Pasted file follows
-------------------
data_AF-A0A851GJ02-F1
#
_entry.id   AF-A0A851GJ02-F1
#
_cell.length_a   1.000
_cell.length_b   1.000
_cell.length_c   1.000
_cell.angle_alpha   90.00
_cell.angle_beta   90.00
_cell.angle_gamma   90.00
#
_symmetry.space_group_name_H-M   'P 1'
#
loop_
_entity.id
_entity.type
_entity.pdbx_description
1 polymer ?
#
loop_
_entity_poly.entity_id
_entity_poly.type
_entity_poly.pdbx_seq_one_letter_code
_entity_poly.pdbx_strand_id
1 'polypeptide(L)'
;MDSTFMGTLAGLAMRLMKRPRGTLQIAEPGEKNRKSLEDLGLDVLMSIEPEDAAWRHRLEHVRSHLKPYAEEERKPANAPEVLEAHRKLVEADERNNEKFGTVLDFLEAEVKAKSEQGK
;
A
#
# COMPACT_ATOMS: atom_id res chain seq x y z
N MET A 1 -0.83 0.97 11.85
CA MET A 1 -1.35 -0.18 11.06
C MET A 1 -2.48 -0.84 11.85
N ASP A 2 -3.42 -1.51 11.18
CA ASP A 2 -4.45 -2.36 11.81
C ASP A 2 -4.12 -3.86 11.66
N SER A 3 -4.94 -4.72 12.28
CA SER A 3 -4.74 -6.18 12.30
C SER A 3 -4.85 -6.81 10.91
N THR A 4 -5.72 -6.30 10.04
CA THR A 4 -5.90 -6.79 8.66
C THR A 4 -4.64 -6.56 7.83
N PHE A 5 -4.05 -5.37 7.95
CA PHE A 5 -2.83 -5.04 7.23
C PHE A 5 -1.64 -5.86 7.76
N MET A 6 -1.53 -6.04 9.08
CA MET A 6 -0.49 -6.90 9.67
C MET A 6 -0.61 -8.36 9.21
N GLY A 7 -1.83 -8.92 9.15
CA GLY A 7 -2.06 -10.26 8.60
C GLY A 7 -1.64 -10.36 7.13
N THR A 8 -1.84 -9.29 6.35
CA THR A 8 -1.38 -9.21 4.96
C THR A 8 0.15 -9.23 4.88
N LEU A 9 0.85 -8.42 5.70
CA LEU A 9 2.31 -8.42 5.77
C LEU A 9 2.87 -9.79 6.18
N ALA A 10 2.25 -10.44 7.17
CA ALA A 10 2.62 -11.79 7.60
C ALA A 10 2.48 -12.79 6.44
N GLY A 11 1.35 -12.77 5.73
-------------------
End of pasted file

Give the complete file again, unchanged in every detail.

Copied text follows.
data_AF-A0A851GJ02-F1
#
_entry.id   AF-A0A851GJ02-F1
#
_cell.length_a   1.000
_cell.length_b   1.000
_cell.length_c   1.000
_cell.angle_alpha   90.00
_cell.angle_beta   90.00
_cell.angle_gamma   90.00
#
_symmetry.space_group_name_H-M   'P 1'
#
loop_
_entity.id
_entity.type
_entity.pdbx_description
1 polymer ?
#
loop_
_entity_poly.entity_id
_entity_poly.type
_entity_poly.pdbx_seq_one_letter_code
_entity_poly.pdbx_strand_id
1 'polypeptide(L)'
;MDSTFMGTLAGLAMRLMKRPRGTLQIAEPGEKNRKSLEDLGLDVLMSIEPEDAAWRHRLEHVRSHLKPYAEEERKPANAPEVLEAHRKLVEADERNNEKFGTVLDFLEAEVKAKSEQGK
;
A
#
# COMPACT_ATOMS: atom_id res chain seq x y z
N MET A 1 -0.83 0.97 11.85
CA MET A 1 -1.35 -0.18 11.06
C MET A 1 -2.48 -0.84 11.85
N ASP A 2 -3.42 -1.51 11.18
CA ASP A 2 -4.45 -2.36 11.81
C ASP A 2 -4.12 -3.86 11.66
N SER A 3 -4.94 -4.72 12.28
CA SER A 3 -4.74 -6.18 12.30
C SER A 3 -4.85 -6.81 10.91
N THR A 4 -5.72 -6.30 10.04
CA THR A 4 -5.90 -6.79 8.66
C THR A 4 -4.64 -6.56 7.83
N PHE A 5 -4.05 -5.37 7.95
CA PHE A 5 -2.83 -5.04 7.23
C PHE A 5 -1.64 -5.86 7.76
N MET A 6 -1.53 -6.04 9.08
CA MET A 6 -0.49 -6.90 9.67
C MET A 6 -0.61 -8.36 9.21
N GLY A 7 -1.83 -8.92 9.15
CA GLY A 7 -2.06 -10.26 8.60
C GLY A 7 -1.64 -10.36 7.13
N THR A 8 -1.84 -9.29 6.35
CA THR A 8 -1.38 -9.21 4.96
C THR A 8 0.15 -9.23 4.88
N LEU A 9 0.85 -8.42 5.70
CA LEU A 9 2.31 -8.42 5.77
C LEU A 9 2.87 -9.79 6.18
N ALA A 10 2.25 -10.44 7.17
CA ALA A 10 2.62 -11.79 7.60
C ALA A 10 2.48 -12.79 6.44
N GLY A 11 1.35 -12.77 5.73